"My child was born."

Translation:子どもが生まれました。

June 13, 2017

23 Comments


https://www.duolingo.com/stevrn4

I wrote 子どもがうまれた which is casual form, but it got marked incorrect

June 13, 2017

https://www.duolingo.com/cherubl

Probably because we're only being taught masu form right now, i imagine later in development casual forms will be introduced!

June 23, 2017

https://www.duolingo.com/AbunPang
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Nevertheless, I think alternative solutions should also be accepted.

June 23, 2017

https://www.duolingo.com/telemetry
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If you report it they'll add it

June 30, 2017

https://www.duolingo.com/lvleecho

I made the same 'mistake'. I think it should be accepted.

June 26, 2017

https://www.duolingo.com/RussellWas1

it should definitely be accepted, regardless of what we've "been taught" . . . they're already assuming that we know so much, it would be hard to separate "known" versus "unknown" information, and expect us all to answer exactly as they want us to, every time.

Kodomo ga umareta = perfect Japanese

December 18, 2017

https://www.duolingo.com/MelvinBB

It is now an accepted answer.

October 13, 2018

https://www.duolingo.com/darthoctopus

子供が生まれました

July 10, 2017

https://www.duolingo.com/V2Blast
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I typed this (using the kanji) and it was marked wrong; Duo suggested I type 子ども instead. I've reported it (Dec. 2).

EDIT: Still not fixed on 4/24/18. Reported again.

December 3, 2017

https://www.duolingo.com/Medusa747

Umm... I may sound stupid, but why can't you use は here in place of が?

July 23, 2017

https://www.duolingo.com/DawnChesbr

Because が is a subject marker and は is a topic marker. In this example, the verb "to be born" is directly related to the subject "my child."

If it had been 子供は生まれた, it would mean "regarding the topic of a child, it has been born," or for a more natural tranlation "children were born"

So the は denotes regarding the topic of child/children being born.

が means this specific child that we are discussing was born.

August 2, 2017

https://www.duolingo.com/Lunaphire
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Oh jeez, one of the other options was "die"... That'd be an awkward mistake.

August 4, 2017

https://www.duolingo.com/Roee790945

What is the meaning of that kanji? It's used as born and sensei?

October 27, 2017

https://www.duolingo.com/AbunPang
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Literally 先生 is “first born” (as in born earlier, not “first-born child”). That later became a form of address for older people, then in general of males whose education was demanding of respect (particularly teachers and physicians). In Japan the meaning later narrowed to just “teacher”, but regardless of gender (I’m not sure if it can still be used for non-teachers in Japan; in Korea you can use the equivalent word to address for example doctors as well). In Mandarin Chinese on the other hand, it has two different meanings: 1. basically like English “Mister”, 2. a colloquial word for “husband”.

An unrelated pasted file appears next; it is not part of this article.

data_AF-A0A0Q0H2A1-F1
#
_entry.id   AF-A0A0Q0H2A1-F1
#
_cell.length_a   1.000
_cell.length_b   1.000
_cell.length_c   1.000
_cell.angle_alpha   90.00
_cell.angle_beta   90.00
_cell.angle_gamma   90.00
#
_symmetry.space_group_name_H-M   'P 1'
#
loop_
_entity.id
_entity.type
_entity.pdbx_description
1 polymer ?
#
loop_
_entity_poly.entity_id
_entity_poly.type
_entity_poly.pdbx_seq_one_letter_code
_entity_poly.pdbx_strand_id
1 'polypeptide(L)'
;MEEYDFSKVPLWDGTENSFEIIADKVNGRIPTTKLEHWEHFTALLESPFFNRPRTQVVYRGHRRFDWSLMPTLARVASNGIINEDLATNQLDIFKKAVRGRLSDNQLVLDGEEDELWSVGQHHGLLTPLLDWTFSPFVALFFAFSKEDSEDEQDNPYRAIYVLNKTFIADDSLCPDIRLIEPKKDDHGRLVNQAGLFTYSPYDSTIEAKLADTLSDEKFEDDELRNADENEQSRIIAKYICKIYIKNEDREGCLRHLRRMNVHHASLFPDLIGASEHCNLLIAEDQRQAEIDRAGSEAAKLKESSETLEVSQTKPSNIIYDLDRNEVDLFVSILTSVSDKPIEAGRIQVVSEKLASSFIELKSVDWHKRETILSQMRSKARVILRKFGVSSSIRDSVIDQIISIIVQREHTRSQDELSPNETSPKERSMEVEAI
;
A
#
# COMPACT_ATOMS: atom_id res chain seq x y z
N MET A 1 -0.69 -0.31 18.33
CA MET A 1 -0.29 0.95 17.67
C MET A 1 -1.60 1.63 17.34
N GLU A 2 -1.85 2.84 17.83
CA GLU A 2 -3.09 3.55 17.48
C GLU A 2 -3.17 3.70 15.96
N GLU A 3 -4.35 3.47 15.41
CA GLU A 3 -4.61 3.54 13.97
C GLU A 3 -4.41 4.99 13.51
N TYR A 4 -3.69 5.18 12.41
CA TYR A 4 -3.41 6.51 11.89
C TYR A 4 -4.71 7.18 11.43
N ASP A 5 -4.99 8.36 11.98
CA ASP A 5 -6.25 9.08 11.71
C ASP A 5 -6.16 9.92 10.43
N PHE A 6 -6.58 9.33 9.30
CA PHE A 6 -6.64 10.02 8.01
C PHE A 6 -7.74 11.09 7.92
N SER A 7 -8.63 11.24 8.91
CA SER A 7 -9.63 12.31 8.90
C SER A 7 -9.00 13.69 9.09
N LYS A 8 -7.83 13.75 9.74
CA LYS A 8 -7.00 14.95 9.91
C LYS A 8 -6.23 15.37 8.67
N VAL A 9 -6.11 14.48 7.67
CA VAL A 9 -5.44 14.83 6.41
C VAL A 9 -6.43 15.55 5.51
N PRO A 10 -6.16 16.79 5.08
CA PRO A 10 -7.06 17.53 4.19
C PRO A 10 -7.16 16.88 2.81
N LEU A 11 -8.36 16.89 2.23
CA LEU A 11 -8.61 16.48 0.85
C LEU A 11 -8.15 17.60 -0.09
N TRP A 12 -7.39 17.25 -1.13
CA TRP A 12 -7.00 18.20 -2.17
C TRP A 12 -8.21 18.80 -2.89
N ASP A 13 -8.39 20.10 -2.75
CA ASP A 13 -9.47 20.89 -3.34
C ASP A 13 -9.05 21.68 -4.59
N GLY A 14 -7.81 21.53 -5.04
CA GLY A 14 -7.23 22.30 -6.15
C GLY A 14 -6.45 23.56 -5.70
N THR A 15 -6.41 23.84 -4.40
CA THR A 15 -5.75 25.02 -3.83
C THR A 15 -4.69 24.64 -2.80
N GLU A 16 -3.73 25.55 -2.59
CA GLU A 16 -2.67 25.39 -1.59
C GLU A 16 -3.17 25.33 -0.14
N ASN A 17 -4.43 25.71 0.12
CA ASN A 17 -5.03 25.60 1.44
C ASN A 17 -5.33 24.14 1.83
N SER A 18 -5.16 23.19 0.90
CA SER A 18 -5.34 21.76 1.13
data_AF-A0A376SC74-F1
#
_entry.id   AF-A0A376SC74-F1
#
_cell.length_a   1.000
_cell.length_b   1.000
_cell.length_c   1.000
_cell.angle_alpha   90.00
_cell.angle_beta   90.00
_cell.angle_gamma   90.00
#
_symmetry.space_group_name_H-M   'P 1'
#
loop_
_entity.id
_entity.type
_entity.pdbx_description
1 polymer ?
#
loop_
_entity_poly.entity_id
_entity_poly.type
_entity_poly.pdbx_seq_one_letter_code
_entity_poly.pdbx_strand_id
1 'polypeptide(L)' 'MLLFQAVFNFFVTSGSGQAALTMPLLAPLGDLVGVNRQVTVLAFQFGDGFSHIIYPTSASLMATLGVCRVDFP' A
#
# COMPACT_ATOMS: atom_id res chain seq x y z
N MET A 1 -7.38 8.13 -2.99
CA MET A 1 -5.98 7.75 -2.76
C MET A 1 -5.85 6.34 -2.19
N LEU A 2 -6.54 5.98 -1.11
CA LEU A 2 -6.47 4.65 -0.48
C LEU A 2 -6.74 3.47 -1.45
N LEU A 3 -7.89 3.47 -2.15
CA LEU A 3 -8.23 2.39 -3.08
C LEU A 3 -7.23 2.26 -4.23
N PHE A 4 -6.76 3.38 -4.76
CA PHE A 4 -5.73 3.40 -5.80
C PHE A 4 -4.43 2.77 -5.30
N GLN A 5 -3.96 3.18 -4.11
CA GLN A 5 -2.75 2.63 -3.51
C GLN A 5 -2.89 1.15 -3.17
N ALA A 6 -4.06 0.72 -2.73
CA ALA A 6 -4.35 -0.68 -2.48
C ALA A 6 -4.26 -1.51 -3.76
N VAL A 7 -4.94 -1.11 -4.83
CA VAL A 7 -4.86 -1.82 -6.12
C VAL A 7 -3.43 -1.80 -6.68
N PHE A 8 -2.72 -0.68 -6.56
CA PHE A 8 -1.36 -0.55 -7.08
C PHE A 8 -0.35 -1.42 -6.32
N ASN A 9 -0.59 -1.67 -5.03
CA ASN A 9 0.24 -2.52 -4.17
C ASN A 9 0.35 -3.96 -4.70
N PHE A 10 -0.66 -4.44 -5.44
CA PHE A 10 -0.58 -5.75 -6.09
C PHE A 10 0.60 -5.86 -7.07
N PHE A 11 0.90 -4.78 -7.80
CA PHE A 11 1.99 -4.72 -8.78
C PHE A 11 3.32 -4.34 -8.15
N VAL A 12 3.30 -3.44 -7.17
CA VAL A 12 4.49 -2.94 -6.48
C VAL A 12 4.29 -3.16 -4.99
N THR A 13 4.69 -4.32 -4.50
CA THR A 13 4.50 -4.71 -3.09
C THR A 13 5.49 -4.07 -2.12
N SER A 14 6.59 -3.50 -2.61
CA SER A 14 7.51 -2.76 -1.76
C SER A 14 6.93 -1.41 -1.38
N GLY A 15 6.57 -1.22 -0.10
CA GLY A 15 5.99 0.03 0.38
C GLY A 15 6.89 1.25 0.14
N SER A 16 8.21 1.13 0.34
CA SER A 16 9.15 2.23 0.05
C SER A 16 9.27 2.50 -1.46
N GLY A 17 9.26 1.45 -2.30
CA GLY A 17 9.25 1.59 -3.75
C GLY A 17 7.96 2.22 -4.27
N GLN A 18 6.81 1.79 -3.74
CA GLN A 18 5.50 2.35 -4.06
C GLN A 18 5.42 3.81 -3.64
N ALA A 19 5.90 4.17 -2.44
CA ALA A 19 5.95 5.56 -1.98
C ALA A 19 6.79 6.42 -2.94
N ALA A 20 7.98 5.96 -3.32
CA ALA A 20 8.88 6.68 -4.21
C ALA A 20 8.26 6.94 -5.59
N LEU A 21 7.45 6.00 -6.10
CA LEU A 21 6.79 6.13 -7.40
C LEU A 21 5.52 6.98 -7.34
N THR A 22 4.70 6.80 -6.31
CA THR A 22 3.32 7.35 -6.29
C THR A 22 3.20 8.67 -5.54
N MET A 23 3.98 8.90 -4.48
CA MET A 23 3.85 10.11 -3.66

December 1, 2017

https://www.duolingo.com/Kevin597746

It's meanings generally have to do with life/birth. IIRC, "sensei" implies someone who has lived longer than you, and therefore is wiser/more knowledgeable.

December 1, 2017

https://www.duolingo.com/IN5diKQw

My child was born.

”My child” => ”私の子供” ”was born” => ”生まれた”

My amswer ”私の子供が生まれた”(incorrect)

August 1, 2018

https://www.duolingo.com/Brotaku89

I feel like the English should be "A child was born" rather than "My child.." as the particle が seems to be more general than the specific は. Unless their is some rule or context I'm missing here.

December 28, 2017

https://www.duolingo.com/shiraji

Ok I could swear I usually hear Japanese people use the continuous form of this verb: 生まれている. Which doesn't make any sense. Are you BEING born right now? Is my memory faulty or do they really use this sometimes, and what would it mean?

January 22, 2018

https://www.duolingo.com/AbunPang
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I’m not a native speaker but my guess is that 生まれる probably works in a similar way to verbs like 始める. Meaning that the progressive is used to mean that the subject continues to be in the state that results from the action: 映画は初めている "the movie is in the state 'begun' => has begun, has started", 子供が生まれている "the child is in the state 'born' => was born, has been born".

January 22, 2018

https://www.duolingo.com/Michael314949

Congratulations!

February 12, 2018

https://www.duolingo.com/Sunny223398

My answer is different from the one here. But I got the point. ..

February 5, 2019

https://www.duolingo.com/GeekManLin
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is there really no need to add (わたしの) to specify that the child is mine?? Or is it another one of those implied things?

March 16, 2019

https://www.duolingo.com/AbunPang
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“my” is implied by default, unless you are talking about a different person.

For example, if you’re in a conversation with coworker X and they say: “I wonder where coworker Y is, I haven’t seen her in a few days.” Then you could answer: 子どもが生まれました ”[Her] child was born”. But if you suddenly twittered the same sentence (so there is no context to speak of), then people would understand it as implying that it’s your child.

Of course you could add わたしの if you really wanted to be clear, but you normally wouldn’t unless you fear that the other person might misunderstand if you don’t add it.

March 16, 2019
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